In BC, the Ministry of Environment (MOE) Land Remediation Section regulates the identification and remediation of contaminated sites through the Environmental Management Act (EMA), Contaminated Sites Regulation (CSR), and Hazardous Waste Regulation (HWR). Generally speaking, environmental quality standards have been established for different site specific land uses (e.g. residential, commercial, industrial) by the BC MOE. A contaminated site is defined as an area of land in which the soil, soil vapour, groundwater or sediment contains a hazardous waste or substance in concentrations that exceed provincial environmental quality standards. A site is considered contaminated if it is unsuitable for a specific current or future land, water and sediment use.
A Brownfield site is defined as; a real property, where the expansion, redevelopment, or reuse of which may be complicated by the presence or potential presence of a hazardous substance, pollutant, or contaminant.
Credit: (US Environmental Protection Agency)
The definition indicates that a Brownfield site may have the “potential presence” of contamination, which can be perceived by stakeholders as a deterrent to redevelopment. Regardless of actual or potential presence of contamination, Brownfield sites can be complicated with issues involving regulatory challenges, legal liabilities and obligations, and remediation costs related to contamination.
The information presented is a high level synthesis of referenced MOE guidance, procedures and protocols that may apply to brownfield redevelopment sites. Here are step-by-step instructions to walk you through what to do with contaminated and suspect sites.
The Site Registry has a list of all known contaminated sites as well as those currently being investigated. If your property is already listed, it may require little, if any, cleanup, or have already been cleaned up to regulatory standards.
The best thing you can do before rolling up your sleeves is to get an experienced environmental site assessor onboard. A select list can be found in the BCEIA Member Directory.
The more you know, the better. Here are some background information tools to help you get started. They can assist you with:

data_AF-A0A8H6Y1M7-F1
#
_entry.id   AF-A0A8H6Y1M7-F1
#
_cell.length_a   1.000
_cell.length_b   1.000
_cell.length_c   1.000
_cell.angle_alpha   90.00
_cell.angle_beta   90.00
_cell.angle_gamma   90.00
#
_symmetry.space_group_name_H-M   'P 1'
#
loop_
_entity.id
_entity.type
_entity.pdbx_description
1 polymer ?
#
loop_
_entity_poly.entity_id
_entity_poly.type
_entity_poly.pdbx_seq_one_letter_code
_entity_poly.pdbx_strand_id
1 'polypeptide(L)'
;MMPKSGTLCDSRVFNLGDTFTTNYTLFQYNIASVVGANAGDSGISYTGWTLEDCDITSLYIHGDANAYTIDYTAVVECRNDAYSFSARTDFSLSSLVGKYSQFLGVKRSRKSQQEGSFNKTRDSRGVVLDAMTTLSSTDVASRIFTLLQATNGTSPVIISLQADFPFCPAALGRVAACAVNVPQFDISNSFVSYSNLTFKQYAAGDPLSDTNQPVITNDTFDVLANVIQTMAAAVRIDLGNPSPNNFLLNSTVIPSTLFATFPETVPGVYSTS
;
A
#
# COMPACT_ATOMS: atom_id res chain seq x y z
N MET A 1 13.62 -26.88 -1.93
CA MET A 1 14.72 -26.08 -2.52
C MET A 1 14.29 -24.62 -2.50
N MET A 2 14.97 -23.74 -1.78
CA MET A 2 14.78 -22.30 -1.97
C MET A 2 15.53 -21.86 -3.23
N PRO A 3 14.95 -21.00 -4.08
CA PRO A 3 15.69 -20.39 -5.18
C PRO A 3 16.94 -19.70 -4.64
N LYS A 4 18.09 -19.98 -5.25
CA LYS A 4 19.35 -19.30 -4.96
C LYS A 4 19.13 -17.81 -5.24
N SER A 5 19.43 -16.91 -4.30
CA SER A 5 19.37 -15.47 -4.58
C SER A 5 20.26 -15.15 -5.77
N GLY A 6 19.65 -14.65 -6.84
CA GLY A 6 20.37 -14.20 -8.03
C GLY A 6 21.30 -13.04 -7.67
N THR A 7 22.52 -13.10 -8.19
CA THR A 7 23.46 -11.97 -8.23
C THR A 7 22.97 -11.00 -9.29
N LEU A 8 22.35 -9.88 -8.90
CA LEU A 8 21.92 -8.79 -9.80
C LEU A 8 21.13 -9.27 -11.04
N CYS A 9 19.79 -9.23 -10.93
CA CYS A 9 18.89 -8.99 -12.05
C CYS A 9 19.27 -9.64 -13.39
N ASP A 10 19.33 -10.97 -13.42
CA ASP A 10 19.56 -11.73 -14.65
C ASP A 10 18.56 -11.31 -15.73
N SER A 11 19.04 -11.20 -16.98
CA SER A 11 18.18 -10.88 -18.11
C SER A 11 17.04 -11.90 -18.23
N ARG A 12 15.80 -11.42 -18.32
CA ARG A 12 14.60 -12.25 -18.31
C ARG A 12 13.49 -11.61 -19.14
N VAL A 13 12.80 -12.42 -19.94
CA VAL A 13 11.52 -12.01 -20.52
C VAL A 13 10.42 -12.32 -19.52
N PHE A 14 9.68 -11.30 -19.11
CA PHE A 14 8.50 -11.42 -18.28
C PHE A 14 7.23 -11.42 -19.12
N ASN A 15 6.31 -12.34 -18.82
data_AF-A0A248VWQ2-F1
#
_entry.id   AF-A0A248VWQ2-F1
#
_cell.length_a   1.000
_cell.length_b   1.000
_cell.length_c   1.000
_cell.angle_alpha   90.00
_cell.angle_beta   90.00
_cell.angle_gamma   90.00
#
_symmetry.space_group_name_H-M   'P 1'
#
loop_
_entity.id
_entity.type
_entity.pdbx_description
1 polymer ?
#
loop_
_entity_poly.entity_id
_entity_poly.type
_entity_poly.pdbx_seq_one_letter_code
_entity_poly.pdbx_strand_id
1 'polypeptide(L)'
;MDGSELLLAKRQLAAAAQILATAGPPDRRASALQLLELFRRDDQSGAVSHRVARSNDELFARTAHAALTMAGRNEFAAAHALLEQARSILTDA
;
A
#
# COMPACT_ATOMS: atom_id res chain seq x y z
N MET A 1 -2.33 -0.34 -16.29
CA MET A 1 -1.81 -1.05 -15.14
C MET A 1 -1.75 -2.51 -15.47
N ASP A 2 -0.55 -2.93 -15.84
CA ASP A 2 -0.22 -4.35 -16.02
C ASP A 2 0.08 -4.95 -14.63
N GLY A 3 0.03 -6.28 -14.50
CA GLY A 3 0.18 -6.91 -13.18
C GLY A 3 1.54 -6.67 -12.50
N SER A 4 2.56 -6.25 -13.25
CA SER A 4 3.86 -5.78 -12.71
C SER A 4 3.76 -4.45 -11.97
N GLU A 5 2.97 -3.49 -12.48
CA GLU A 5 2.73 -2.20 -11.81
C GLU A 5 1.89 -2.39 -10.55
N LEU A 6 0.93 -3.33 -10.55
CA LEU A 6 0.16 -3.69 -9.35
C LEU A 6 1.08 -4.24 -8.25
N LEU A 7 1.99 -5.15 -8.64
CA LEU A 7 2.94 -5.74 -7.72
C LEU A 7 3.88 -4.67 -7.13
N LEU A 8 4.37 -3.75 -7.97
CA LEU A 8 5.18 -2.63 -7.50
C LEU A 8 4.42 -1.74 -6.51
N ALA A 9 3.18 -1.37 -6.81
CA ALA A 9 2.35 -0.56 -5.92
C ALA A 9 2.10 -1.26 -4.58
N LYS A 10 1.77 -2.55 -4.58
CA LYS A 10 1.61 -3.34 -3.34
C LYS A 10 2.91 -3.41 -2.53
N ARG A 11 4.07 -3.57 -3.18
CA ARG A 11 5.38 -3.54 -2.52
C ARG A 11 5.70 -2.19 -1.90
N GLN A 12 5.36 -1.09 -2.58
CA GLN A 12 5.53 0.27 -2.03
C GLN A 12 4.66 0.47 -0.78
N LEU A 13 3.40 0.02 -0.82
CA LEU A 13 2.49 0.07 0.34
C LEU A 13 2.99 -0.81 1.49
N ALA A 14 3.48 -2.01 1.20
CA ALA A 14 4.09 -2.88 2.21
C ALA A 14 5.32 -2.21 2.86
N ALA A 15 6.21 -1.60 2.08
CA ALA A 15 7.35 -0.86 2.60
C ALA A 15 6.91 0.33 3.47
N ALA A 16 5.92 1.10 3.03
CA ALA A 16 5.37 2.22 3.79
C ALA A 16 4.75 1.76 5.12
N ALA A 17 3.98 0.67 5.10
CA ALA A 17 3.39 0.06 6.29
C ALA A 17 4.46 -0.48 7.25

If you are the owner of a brownfield site, you may still be required to send a Site Profile (environmental screening form). Check out this BC Ministry of Environment Fact Sheet for more information.
Liability in BC is based on the “polluter-pays principle” (i.e. those who cause contamination should be responsible for the cleanup). The BC Ministry of Environment Fact Sheet provides an overview of responsibilities and costs.
It also provides a list of who may be considered responsible for the cleanup.
Consult this process guide to find out the roles and responsibilities for each of the parties involved.
A “Responsible Person” under the Environmental Management Act includes the previous owner or operator of a property and producer or transporter of a substance that caused contamination.
Responsible Persons are:
Someone who “innocently acquired” a contaminated site may not be held responsible for the cleanup provided they can show that:
Remediation can be costly, but help is available. This roadmap document can guide you to legislation and funding programs.
Also, the Province’s Brownfield Renewal Strategy has released a document titled A Community Resource Guide for Brownfields Redevelopment: Project Funding.
The Brownfield Renewal Strategy’s own funding program can be accessed through its website.
Jamie Evans, Senior Manager Environmental Risk for RBC, prepared this backgrounder for the Canadian Brownfields Network (CBN) which discusses the typical process for financing contaminated sites. Jamie also provides a few tips and deal-breakers.
These case studies will illustrate how similar cases have been handled in the past.
Details about two former service stations are in this Provincial document: A Community Resource Guide For Brownfields Redevelopment: Case Studies.
A comprehensive summary report of a two-day conference about a pilot charette in Nanaimo is also available. The charette highlighted the importance of input, collaboration, and partnerships among stakeholders (local government, provincial government, community-based associations, and the petroleum, environmental consulting, and development industries).
Here is a list of many useful resources, such as templates, charts and documents, which will be useful for you when working on a brownfield project.